If we apply the same potential difference between the ends of geometrically similar rods of copper and of glass, very different currents result. The characteristic of the conductor that enters here is its electrical resistance. We determine the resistance between any two points of a conductor by applying a potential difference I’ those points and measuring the current i that results. The resistance R .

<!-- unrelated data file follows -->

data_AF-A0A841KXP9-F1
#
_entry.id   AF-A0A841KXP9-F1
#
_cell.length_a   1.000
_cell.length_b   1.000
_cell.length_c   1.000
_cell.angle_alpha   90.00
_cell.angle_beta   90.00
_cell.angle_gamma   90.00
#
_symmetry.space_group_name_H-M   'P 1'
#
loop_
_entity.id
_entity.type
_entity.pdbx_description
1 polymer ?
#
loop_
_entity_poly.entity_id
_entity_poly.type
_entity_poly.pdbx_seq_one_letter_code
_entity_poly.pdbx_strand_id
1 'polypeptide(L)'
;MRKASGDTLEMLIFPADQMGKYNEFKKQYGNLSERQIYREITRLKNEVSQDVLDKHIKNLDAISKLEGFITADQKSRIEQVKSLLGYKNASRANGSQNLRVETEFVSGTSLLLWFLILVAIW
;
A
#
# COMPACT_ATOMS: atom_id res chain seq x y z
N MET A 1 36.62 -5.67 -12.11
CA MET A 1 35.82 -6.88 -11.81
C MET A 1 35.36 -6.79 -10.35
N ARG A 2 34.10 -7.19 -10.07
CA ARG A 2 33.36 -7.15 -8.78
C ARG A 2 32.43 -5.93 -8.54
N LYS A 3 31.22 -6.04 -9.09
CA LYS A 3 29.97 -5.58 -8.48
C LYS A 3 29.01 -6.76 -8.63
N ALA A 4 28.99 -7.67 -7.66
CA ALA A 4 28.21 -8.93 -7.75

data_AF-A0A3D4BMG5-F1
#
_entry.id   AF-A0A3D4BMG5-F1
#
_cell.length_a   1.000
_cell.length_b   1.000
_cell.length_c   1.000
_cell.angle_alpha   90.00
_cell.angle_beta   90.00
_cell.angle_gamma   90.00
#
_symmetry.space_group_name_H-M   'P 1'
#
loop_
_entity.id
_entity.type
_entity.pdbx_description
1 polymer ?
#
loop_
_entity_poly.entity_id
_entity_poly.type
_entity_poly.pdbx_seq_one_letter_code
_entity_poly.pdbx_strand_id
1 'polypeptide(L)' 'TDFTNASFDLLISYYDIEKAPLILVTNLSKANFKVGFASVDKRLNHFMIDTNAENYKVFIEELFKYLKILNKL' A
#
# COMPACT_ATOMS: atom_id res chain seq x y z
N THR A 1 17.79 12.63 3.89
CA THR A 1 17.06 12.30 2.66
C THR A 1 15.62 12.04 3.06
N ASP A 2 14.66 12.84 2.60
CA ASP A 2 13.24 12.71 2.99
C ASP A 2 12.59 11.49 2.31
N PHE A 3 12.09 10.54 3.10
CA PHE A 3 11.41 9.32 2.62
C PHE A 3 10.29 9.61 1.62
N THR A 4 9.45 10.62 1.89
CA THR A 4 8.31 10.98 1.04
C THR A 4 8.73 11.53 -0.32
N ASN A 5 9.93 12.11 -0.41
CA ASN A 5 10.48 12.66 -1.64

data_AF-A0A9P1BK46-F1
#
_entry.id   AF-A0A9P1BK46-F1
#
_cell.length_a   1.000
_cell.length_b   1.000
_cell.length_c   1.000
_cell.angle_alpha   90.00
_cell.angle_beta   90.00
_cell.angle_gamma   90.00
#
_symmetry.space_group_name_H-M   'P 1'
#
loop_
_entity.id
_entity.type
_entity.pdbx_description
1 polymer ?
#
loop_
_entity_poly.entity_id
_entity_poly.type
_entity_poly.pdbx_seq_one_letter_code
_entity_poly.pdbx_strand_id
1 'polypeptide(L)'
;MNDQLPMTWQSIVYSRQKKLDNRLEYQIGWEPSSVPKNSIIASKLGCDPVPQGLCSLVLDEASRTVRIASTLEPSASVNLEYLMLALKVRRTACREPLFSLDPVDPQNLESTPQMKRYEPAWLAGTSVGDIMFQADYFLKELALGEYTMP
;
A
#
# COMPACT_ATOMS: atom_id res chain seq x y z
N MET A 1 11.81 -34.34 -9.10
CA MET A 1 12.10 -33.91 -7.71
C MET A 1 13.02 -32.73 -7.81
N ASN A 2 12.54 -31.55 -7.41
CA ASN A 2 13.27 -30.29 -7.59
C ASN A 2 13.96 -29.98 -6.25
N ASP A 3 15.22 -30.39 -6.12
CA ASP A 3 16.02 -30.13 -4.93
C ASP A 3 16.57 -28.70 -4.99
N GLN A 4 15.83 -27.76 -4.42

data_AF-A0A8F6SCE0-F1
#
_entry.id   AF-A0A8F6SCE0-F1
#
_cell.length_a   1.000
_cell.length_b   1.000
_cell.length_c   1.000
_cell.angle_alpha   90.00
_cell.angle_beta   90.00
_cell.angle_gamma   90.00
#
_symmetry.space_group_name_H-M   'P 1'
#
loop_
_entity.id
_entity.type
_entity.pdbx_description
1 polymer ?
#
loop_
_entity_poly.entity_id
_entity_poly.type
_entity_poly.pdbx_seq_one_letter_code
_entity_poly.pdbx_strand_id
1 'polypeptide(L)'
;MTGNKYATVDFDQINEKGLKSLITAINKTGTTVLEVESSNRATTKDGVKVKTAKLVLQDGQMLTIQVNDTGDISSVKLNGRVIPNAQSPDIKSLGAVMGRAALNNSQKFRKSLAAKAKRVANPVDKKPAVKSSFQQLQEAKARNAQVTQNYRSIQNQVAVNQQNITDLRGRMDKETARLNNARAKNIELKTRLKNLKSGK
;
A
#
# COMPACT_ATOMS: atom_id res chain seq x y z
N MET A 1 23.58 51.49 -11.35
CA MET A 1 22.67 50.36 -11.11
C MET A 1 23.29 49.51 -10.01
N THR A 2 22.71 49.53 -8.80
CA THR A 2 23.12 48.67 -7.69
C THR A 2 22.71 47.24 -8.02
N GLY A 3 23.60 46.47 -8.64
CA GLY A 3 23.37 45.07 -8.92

we see that “resistance” is aptly named. For a given potential difference, the greater the resistance (to current), the smaller the current. The resistance of a conductor depends on the manner in which the potential difference is applied to it. , for example, shows a given potential difference applied in two different ways to the same conductor. As the current density streamline suggest, the currents in the two cases-hence the measured resistances-will be different. Unless otherwise stated, we shall assume that any given potential difference is applied as in 8b. As we have done several times in other connections, we often wish to take a general view and deal not with particular objects but with materials. Here we do so by focusing not on the potential difference V across a particular resistor but on the electric field E at a point in a resistive material. Instead of dealing with the current i through the resistor, we deal with the current density 7at the point in question. Instead of the resistance R of an object, we deal with the resistivity p of the material .